Et Çe N’est Pas Bon, Ma

[Image taken from a full photographic composition by Brandon Voges of the Bruton Stroube studio; see the note at the bottom of this post for more information.]

From whiskey river (italicized portion):

Picnic, Lightning

My very photogenic mother died in a freak accident
(picnic, lightning) when I was three.

It is possible to be struck by a meteor
or a single-engine plane
while reading in a chair at home.
Safes drop from rooftops
and flatten the odd pedestrian
mostly within the panels of the comics,
but still, we know it is possible,
as well as the flash of summer lightning,
the thermos toppling over,
spilling out on the grass.

And we know the message
can be delivered from within.
The heart, no valentine,
decides to quit after lunch,
the power shut off like a switch,
or a tiny dark ship is unmoored
into the flow of the body’s rivers,
the brain a monastery,
defenseless on the shore.

This is what I think about
when I shovel compost
into a wheelbarrow,
and when I fill the long flower boxes,
then press into rows
the limp roots of red impatiens —
the instant hand of Death
always ready to burst forth
from the sleeve of his voluminous cloak.

Then the soil is full of marvels,
bits of leaf like flakes off a fresco,
red-brown pine needles, a beetle quick
to burrow back under the loam.
Then the wheelbarrow is a wilder blue,
the clouds a brighter white,

and all I hear is the rasp of the steel edge
against a round stone,
the small plants singing
with lifted faces, and the click
of the sundial
as one hour sweeps into the next.

(Billy Collins, from Sailing Alone Around the Room [source])


Expectations of goals and rewards (such as Enlightenment) are recognized for what they are: last-ditch attempts by the ghostly self to subvert the process to its own ends. The more we become conscious of the mysterious unfolding of life, the clearer it becomes that its purpose is not to fulfill the expectations of our ego. We can put into words only the question it poses. And then let go, listen, and wait.

(Stephen Batchelor, from Buddhism Without Beliefs [source])

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“What Time Is It?” “Time to Wish You Were in Prague.”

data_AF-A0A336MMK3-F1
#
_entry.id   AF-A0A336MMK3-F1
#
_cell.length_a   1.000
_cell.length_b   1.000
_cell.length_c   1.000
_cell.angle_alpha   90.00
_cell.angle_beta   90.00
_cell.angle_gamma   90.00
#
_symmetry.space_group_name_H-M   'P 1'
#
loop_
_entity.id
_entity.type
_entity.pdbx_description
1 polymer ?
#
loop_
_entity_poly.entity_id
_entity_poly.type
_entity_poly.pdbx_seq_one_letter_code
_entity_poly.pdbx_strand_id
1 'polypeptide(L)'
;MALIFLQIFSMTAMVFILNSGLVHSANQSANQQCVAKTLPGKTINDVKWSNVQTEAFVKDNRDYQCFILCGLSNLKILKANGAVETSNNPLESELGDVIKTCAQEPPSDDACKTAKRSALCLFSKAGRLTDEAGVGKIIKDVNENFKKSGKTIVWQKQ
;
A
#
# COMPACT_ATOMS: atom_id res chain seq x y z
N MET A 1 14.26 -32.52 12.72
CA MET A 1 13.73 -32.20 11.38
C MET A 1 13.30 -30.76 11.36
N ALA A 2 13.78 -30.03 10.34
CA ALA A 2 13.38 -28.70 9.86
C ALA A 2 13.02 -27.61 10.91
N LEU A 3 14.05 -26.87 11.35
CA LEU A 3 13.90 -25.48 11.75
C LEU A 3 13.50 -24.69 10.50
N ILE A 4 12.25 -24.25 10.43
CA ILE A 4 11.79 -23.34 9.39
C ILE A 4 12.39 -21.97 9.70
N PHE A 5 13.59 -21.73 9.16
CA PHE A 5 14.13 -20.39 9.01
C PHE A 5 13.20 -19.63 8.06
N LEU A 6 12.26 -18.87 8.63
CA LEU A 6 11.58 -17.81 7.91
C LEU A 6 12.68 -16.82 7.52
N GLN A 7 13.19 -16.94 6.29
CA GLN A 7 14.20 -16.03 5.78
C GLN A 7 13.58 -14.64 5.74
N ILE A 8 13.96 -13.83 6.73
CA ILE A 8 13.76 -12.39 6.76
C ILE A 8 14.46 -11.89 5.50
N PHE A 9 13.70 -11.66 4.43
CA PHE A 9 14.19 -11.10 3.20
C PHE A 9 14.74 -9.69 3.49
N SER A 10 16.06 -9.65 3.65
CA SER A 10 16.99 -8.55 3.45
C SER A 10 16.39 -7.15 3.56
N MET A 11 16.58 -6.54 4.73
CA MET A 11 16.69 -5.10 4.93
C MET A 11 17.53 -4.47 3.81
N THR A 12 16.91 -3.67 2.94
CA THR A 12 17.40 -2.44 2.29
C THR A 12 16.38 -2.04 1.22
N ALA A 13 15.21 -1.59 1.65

Per Eileen of Speak Coffee to Me, this awesome* video of a projection on the Prague Orloj, an “astronomical clock tower.” “The 600 Years” refers to the number of years since the clock was first built — years which pass by as you watch the video:

It’s the handiwork of a project known as The Macula, “dealing with the relationship between image, sound and audience.” If you follow that link to their site, be sure to nose around some to view more of their other work… including similar projection-on-buildings pieces.

The logistical problems they had to solve to make this overwhelm my brain. Just getting the perspective right had to be a matter of a lot of experimentation and calculation.


* The word is here no cliche.

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[For information about this image, see the note at the foot of this post.]

[Below, click Play button to begin The Happy Wanderer. While audio is playing, volume control appears at left — a row of little vertical bars. This clip is 3:17 long.

Audio clip: Adobe Flash Player (version 9 or above) is required to play this audio clip. Download the latest version here. You also need to have JavaScript enabled in your browser.

The Missus and I have a favorite, half-kidding/half-serious theory about the modern world: that it’s set up to drive its denizens (especially us) crazy. Just in case you haven’t noticed: the pace of life never slows down, and there’s more and more stuff to fill every minute, and every bit of it is urgent and ever more resistant to prioritization. Music is louder and faster, TV commercials more obstreporous, money tighter, our friends and families both frailer and more distant, food and drink more dangerous, streets more crowded and more polluted (despite new regulations every year pretending to fight both traffic volume and air pollution), “communication” trivially easy and also easily trivial, civic discourse threatening to run off the rails at every nerve-jangling second…

Furthermore, of course, no one we know is getting any younger — a situation thorned with a thousand frustrations all its own. Speaking for myself, I am certain that gravity is much stronger than when I was a kid, and air resistance much weaker, and objects theoretically meant to be held in the hands seem aerodynamically designed these days to leap away and down to the floor almost as soon as I touch them.